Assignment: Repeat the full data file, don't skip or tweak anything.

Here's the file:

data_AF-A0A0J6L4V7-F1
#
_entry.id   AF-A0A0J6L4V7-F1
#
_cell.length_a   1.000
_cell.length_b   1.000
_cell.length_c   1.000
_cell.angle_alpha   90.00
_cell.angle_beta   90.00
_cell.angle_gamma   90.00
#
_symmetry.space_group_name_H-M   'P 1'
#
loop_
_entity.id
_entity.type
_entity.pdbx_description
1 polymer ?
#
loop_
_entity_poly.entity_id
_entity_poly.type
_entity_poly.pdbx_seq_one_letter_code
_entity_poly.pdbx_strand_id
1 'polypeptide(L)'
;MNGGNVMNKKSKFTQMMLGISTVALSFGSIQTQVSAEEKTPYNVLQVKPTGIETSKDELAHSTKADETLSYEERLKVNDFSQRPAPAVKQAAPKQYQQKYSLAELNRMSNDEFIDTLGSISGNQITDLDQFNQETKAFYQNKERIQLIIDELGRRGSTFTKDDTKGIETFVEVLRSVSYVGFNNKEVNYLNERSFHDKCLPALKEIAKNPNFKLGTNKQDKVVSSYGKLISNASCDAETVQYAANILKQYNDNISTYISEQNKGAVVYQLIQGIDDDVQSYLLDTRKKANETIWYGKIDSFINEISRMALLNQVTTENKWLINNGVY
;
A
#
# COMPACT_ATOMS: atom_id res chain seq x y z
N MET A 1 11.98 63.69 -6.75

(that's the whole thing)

data_AF-A0A0J6L4V7-F1
#
_entry.id   AF-A0A0J6L4V7-F1
#
_cell.length_a   1.000
_cell.length_b   1.000
_cell.length_c   1.000
_cell.angle_alpha   90.00
_cell.angle_beta   90.00
_cell.angle_gamma   90.00
#
_symmetry.space_group_name_H-M   'P 1'
#
loop_
_entity.id
_entity.type
_entity.pdbx_description
1 polymer ?
#
loop_
_entity_poly.entity_id
_entity_poly.type
_entity_poly.pdbx_seq_one_letter_code
_entity_poly.pdbx_strand_id
1 'polypeptide(L)'
;MNGGNVMNKKSKFTQMMLGISTVALSFGSIQTQVSAEEKTPYNVLQVKPTGIETSKDELAHSTKADETLSYEERLKVNDFSQRPAPAVKQAAPKQYQQKYSLAELNRMSNDEFIDTLGSISGNQITDLDQFNQETKAFYQNKERIQLIIDELGRRGSTFTKDDTKGIETFVEVLRSVSYVGFNNKEVNYLNERSFHDKCLPALKEIAKNPNFKLGTNKQDKVVSSYGKLISNASCDAETVQYAANILKQYNDNISTYISEQNKGAVVYQLIQGIDDDVQSYLLDTRKKANETIWYGKIDSFINEISRMALLNQVTTENKWLINNGVY
;
A
#
# COMPACT_ATOMS: atom_id res chain seq x y z
N MET A 1 11.98 63.69 -6.75